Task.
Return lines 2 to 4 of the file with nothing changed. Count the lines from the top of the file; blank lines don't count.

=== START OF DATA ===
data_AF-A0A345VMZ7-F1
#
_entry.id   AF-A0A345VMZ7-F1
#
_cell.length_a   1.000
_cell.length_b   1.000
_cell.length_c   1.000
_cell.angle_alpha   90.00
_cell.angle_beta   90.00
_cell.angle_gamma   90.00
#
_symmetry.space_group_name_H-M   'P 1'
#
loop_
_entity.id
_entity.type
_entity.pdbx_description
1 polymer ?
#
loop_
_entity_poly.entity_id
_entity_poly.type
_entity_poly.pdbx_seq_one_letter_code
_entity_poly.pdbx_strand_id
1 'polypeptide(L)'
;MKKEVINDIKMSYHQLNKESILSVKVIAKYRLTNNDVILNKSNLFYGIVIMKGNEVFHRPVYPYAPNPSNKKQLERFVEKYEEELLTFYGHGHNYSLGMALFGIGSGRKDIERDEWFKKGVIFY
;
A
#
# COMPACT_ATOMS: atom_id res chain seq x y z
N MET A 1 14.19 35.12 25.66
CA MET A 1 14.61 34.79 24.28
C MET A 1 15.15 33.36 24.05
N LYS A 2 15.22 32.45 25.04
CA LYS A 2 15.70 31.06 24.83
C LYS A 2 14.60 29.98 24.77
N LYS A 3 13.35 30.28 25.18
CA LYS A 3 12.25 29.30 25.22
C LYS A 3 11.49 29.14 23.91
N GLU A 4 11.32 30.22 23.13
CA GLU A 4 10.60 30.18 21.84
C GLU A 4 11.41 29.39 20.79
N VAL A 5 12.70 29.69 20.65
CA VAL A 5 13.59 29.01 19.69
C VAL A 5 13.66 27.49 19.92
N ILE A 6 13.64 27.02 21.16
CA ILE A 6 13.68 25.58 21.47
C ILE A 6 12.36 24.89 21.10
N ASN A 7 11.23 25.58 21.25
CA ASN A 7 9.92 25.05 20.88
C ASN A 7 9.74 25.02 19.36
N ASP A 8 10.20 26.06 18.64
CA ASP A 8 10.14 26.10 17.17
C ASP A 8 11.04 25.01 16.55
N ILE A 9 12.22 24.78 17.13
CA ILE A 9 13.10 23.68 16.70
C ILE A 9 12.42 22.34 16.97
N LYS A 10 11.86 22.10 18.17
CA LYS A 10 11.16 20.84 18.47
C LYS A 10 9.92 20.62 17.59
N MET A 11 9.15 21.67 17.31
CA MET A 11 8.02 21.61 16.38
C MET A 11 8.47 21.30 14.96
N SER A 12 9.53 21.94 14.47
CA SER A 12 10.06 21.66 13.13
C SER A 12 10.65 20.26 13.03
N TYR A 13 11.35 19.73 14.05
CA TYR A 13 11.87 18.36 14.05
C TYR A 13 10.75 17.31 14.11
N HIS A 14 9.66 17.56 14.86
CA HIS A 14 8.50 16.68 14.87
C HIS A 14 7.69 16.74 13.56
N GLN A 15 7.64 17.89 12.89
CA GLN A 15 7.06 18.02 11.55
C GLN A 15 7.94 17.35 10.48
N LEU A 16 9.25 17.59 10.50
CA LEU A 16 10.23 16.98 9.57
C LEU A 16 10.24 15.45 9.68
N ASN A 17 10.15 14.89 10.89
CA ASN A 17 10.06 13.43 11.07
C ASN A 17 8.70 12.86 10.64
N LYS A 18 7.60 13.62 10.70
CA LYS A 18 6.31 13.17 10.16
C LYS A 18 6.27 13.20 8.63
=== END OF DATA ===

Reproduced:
#
_entry.id   AF-A0A345VMZ7-F1
#